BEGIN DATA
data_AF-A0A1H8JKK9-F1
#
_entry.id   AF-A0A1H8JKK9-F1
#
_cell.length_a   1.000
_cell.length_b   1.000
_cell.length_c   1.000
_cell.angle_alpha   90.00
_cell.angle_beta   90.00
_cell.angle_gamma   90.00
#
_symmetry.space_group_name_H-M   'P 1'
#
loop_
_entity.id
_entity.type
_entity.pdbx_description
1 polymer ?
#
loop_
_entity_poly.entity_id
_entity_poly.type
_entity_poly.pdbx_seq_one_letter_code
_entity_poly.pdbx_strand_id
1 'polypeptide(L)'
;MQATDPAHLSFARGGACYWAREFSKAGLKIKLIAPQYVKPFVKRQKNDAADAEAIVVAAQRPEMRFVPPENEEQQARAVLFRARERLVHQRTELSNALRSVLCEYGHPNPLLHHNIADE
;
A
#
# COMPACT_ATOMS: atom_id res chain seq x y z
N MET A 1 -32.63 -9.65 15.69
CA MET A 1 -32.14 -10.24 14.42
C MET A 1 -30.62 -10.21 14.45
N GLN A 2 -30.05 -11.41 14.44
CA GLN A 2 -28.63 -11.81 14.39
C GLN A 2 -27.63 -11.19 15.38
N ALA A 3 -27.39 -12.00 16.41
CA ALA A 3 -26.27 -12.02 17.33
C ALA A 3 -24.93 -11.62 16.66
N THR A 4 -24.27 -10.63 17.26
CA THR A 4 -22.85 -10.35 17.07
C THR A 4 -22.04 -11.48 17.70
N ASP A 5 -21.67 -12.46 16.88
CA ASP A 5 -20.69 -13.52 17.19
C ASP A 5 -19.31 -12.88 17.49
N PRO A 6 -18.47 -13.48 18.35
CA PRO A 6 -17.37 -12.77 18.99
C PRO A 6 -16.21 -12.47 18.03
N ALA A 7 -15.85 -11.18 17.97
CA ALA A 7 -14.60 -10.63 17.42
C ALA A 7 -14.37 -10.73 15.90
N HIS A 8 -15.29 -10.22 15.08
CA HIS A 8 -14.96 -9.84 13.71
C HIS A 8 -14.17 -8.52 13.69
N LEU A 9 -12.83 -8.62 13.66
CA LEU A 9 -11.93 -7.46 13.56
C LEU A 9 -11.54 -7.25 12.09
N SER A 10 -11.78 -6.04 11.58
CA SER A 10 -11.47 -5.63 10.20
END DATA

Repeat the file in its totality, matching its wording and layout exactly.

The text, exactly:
data_AF-A0A1H8JKK9-F1
#
_entry.id   AF-A0A1H8JKK9-F1
#
_cell.length_a   1.000
_cell.length_b   1.000
_cell.length_c   1.000
_cell.angle_alpha   90.00
_cell.angle_beta   90.00
_cell.angle_gamma   90.00
#
_symmetry.space_group_name_H-M   'P 1'
#
loop_
_entity.id
_entity.type
_entity.pdbx_description
1 polymer ?
#
loop_
_entity_poly.entity_id
_entity_poly.type
_entity_poly.pdbx_seq_one_letter_code
_entity_poly.pdbx_strand_id
1 'polypeptide(L)'
;MQATDPAHLSFARGGACYWAREFSKAGLKIKLIAPQYVKPFVKRQKNDAADAEAIVVAAQRPEMRFVPPENEEQQARAVLFRARERLVHQRTELSNALRSVLCEYGHPNPLLHHNIADE
;
A
#
# COMPACT_ATOMS: atom_id res chain seq x y z
N MET A 1 -32.63 -9.65 15.69
CA MET A 1 -32.14 -10.24 14.42
C MET A 1 -30.62 -10.21 14.45
N GLN A 2 -30.05 -11.41 14.44
CA GLN A 2 -28.63 -11.81 14.39
C GLN A 2 -27.63 -11.19 15.38
N ALA A 3 -27.39 -12.00 16.41
CA ALA A 3 -26.27 -12.02 17.33
C ALA A 3 -24.93 -11.62 16.66
N THR A 4 -24.27 -10.63 17.26
CA THR A 4 -22.85 -10.35 17.07
C THR A 4 -22.04 -11.48 17.70
N ASP A 5 -21.67 -12.46 16.88
CA ASP A 5 -20.69 -13.52 17.19
C ASP A 5 -19.31 -12.88 17.49
N PRO A 6 -18.47 -13.48 18.35
CA PRO A 6 -17.37 -12.77 18.99
C PRO A 6 -16.21 -12.47 18.03
N ALA A 7 -15.85 -11.18 17.97
CA ALA A 7 -14.60 -10.63 17.42
C ALA A 7 -14.37 -10.73 15.90
N HIS A 8 -15.29 -10.22 15.08
CA HIS A 8 -14.96 -9.84 13.71
C HIS A 8 -14.17 -8.52 13.69
N LEU A 9 -12.83 -8.62 13.66
CA LEU A 9 -11.93 -7.46 13.56
C LEU A 9 -11.54 -7.25 12.09
N SER A 10 -11.78 -6.04 11.58
CA SER A 10 -11.47 -5.63 10.20